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Micropattern orientation and spatial localization.

By David R.T. Keeble and S. Nishida

Abstract

NoA current, popular, theory of spatial localization holds that the visual system represents the location of simple objects by a single positional tag, the accuracy of which is largely independent of the internal properties of the object. We have already presented evidence of the limitations of such a view (Keeble & Hess (1998). Vision Research, 38, 827-840) in that 3-micropattern alignment performance was found to be dependent on the orientation of the micropatterns. We tested whether this was caused by a local anisotropy in positional coding by conducting 3-micropattern bisection experiments with varying patch orientation. No corresponding effect of patch orientation was found, implying a difference in the mechanisms used for the two tasks. In a further experiment we show that alignment task performance is very similar to the otherwise identical 2-patch orientation discrimination task. We conclude that the 3-micropattern alignment task is mediated by orientational mechanisms. We therefore present a 2nd-order orientation model for 3-patch alignment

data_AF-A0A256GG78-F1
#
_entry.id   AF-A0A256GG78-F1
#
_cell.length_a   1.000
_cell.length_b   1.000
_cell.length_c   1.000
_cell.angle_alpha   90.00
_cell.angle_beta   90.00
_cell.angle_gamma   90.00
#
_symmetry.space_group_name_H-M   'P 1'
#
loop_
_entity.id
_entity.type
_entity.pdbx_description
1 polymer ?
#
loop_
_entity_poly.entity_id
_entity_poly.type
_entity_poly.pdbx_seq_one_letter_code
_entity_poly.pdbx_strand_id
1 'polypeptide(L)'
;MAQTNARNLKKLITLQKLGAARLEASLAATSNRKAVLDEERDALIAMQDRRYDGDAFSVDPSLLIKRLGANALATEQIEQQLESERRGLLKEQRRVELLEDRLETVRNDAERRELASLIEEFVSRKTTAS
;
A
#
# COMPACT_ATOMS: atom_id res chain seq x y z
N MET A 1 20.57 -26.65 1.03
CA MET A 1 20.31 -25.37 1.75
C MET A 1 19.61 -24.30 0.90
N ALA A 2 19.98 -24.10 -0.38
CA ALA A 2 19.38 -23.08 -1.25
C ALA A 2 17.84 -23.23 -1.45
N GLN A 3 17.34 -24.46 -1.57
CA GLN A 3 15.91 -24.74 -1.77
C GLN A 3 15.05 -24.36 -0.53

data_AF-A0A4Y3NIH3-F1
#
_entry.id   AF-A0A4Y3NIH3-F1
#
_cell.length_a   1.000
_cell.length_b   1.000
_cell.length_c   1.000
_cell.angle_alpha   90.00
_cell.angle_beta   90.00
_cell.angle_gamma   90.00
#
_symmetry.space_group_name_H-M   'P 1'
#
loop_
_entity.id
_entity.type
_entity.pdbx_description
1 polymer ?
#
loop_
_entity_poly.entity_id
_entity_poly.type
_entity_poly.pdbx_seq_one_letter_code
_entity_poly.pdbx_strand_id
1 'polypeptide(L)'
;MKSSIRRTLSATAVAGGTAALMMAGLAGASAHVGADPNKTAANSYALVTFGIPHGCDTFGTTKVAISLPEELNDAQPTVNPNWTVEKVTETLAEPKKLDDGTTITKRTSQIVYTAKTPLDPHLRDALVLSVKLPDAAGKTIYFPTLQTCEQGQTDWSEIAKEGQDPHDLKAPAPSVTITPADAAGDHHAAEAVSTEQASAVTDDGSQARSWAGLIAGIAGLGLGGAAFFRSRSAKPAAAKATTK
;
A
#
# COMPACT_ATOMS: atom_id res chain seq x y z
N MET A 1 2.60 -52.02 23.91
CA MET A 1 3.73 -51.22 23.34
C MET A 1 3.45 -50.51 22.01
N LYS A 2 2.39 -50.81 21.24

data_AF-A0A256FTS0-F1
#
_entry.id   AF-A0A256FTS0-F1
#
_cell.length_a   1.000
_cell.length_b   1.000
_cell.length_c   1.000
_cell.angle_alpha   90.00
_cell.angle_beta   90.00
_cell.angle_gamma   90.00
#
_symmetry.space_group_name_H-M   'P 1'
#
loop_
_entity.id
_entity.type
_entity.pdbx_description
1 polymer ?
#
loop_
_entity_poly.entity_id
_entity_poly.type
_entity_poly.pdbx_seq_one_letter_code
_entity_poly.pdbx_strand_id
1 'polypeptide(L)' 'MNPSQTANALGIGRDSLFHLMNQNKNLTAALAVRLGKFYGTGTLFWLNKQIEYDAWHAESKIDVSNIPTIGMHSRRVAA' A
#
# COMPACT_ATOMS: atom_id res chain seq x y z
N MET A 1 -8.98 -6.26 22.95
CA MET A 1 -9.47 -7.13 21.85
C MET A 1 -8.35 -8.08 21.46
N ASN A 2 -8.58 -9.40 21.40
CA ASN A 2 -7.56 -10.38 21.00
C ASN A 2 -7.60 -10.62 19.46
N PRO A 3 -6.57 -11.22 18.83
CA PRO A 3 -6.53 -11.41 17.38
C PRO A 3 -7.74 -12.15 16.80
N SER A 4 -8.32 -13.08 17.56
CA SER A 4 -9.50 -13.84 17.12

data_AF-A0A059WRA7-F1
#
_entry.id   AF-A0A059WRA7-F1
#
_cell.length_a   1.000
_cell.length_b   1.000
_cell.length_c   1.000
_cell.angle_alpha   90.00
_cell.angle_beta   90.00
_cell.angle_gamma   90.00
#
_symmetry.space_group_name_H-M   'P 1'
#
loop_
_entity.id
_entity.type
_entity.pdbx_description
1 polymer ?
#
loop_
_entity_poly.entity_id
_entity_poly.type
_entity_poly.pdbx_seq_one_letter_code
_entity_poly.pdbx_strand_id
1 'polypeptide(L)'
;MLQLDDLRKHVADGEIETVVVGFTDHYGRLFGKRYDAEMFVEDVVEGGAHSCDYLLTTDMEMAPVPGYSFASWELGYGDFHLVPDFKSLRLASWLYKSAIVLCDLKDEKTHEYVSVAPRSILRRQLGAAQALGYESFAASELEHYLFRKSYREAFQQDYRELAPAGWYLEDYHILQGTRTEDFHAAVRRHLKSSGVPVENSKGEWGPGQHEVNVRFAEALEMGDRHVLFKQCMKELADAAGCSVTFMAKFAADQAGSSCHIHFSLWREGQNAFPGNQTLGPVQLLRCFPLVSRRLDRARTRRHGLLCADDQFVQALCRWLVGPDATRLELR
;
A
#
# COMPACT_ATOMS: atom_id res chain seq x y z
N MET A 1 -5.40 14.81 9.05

Topics: Human, Perception, Psychophysics, Stimulus localization, Spatial orientation, Space perception, Vision, Experimental study
Year: 2009
DOI identifier: 10.1016/S0042-6989(01)00210-3
OAI identifier: oai:bradscholars.brad.ac.uk:10454/2847
Provided by: Bradford Scholars
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